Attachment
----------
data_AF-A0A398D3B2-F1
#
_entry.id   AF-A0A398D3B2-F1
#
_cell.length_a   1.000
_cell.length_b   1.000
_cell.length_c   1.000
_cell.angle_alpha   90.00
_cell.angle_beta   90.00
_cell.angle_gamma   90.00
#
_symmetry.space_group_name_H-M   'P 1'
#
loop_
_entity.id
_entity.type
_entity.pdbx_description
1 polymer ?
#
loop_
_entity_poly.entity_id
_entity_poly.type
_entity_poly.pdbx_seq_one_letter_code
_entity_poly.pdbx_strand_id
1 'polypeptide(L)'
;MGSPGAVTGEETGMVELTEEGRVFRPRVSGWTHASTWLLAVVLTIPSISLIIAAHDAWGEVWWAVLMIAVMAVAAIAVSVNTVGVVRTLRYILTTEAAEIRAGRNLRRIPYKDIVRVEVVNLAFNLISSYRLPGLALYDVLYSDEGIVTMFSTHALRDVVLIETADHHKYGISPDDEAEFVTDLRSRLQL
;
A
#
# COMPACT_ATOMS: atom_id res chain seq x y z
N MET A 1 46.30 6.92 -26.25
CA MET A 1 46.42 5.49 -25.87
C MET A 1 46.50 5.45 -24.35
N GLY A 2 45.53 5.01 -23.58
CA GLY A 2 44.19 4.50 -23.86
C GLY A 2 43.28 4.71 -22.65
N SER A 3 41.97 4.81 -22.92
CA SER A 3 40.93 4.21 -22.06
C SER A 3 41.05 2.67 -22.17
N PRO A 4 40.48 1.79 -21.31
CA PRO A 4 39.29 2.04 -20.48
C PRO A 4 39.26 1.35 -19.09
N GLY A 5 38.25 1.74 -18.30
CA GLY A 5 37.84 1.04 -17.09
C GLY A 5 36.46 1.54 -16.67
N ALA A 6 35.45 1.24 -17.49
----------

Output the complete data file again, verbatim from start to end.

data_AF-A0A398D3B2-F1
#
_entry.id   AF-A0A398D3B2-F1
#
_cell.length_a   1.000
_cell.length_b   1.000
_cell.length_c   1.000
_cell.angle_alpha   90.00
_cell.angle_beta   90.00
_cell.angle_gamma   90.00
#
_symmetry.space_group_name_H-M   'P 1'
#
loop_
_entity.id
_entity.type
_entity.pdbx_description
1 polymer ?
#
loop_
_entity_poly.entity_id
_entity_poly.type
_entity_poly.pdbx_seq_one_letter_code
_entity_poly.pdbx_strand_id
1 'polypeptide(L)'
;MGSPGAVTGEETGMVELTEEGRVFRPRVSGWTHASTWLLAVVLTIPSISLIIAAHDAWGEVWWAVLMIAVMAVAAIAVSVNTVGVVRTLRYILTTEAAEIRAGRNLRRIPYKDIVRVEVVNLAFNLISSYRLPGLALYDVLYSDEGIVTMFSTHALRDVVLIETADHHKYGISPDDEAEFVTDLRSRLQL
;
A
#
# COMPACT_ATOMS: atom_id res chain seq x y z
N MET A 1 46.30 6.92 -26.25
CA MET A 1 46.42 5.49 -25.87
C MET A 1 46.50 5.45 -24.35
N GLY A 2 45.53 5.01 -23.58
CA GLY A 2 44.19 4.50 -23.86
C GLY A 2 43.28 4.71 -22.65
N SER A 3 41.97 4.81 -22.92
CA SER A 3 40.93 4.21 -22.06
C SER A 3 41.05 2.67 -22.17
N PRO A 4 40.48 1.79 -21.31
CA PRO A 4 39.29 2.04 -20.48
C PRO A 4 39.26 1.35 -19.09
N GLY A 5 38.25 1.74 -18.30
CA GLY A 5 37.84 1.04 -17.09
C GLY A 5 36.46 1.54 -16.67
N ALA A 6 35.45 1.24 -17.49